The thing is, I get their objections to teaching Ruby Bridges Goes to School. It’s a scary book if you’re a committed racist who doesn’t want anything getting in between your kids and the racism you’re teaching them. After the Moms for Liberty started agitating against the book, I got a copy and read it to my kindergartener. He was fascinated and appalled. He had a lot of questions. It opened up avenues for us to discuss racism in other settings.
This book actually does not once use the word “racist” or, in the text, attribute the racist beliefs it lays out in simple, direct language (“A long time ago, some people thought that black people and white people should not be friends”) to white people in particular. It’s always “some people.” Even in describing the crowds of people opposed to Bridges going to “a school for white children,” it’s just “some people.” Now, even a young child can see in the pictures that all the people are white, but there is never any implication that all white people believed this.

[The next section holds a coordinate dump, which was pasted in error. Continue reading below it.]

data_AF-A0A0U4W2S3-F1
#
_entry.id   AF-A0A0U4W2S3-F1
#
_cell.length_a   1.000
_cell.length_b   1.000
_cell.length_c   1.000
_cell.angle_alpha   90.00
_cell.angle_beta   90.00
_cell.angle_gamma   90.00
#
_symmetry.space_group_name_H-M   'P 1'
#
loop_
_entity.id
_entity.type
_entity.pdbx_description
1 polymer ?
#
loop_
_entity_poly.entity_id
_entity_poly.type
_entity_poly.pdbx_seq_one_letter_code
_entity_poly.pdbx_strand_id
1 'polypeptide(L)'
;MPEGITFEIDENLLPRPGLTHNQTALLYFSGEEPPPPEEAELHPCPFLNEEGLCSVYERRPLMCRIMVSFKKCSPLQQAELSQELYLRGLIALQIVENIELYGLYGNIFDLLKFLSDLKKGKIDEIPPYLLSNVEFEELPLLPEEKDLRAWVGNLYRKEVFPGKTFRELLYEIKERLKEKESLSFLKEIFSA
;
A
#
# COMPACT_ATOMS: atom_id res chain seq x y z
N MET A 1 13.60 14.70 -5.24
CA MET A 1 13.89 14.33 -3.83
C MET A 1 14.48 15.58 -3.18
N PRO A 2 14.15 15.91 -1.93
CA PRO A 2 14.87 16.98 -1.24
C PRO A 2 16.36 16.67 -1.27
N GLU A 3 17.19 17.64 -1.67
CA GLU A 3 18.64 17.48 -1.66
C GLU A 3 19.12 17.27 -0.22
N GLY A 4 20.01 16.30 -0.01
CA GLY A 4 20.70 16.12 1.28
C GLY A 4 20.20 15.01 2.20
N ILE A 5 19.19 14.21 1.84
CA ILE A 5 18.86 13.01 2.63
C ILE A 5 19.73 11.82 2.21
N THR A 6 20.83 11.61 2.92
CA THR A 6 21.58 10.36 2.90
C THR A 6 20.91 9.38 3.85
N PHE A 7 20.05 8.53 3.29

In fact, the book makes much of Bridges’ white teacher, Mrs. Henry (who “loved me,” Bridges writes), not mentioning that Mrs. Henry was the only teacher at the school who would teach a Black child. In addition to three pictures of Mrs. Henry, the book includes a picture of Bridges with the white children who eventually did come back to school and were willing to play with her and be pictured with her. It includes a picture of John Steinbeck and a discussion of his praise of Bridges. It mentions Eleanor Roosevelt writing to Bridges. But even though the book bends over backwards to never, ever imply that all white people are racist and to amply picture and describe white people supporting Bridges, it is a powerful teaching tool for young children relating how racism operated in the United States well within living memory. And that makes it a very dangerous book, if you’re racists like Moms for Liberty. (Ruby Bridges Goes to School doesn’t say “racist,” but I sure as hell do.)
This is what the anti-CRT crowd really opposes. They say “critical race theory” but they mean this book that essentially tells a redemption story, from a nation in which “in some places, black children and white children could not go to the same schools” to one in which they can and do, and the woman who was once the child who had to be protected by marshals now tells children most of all to be kind to each other.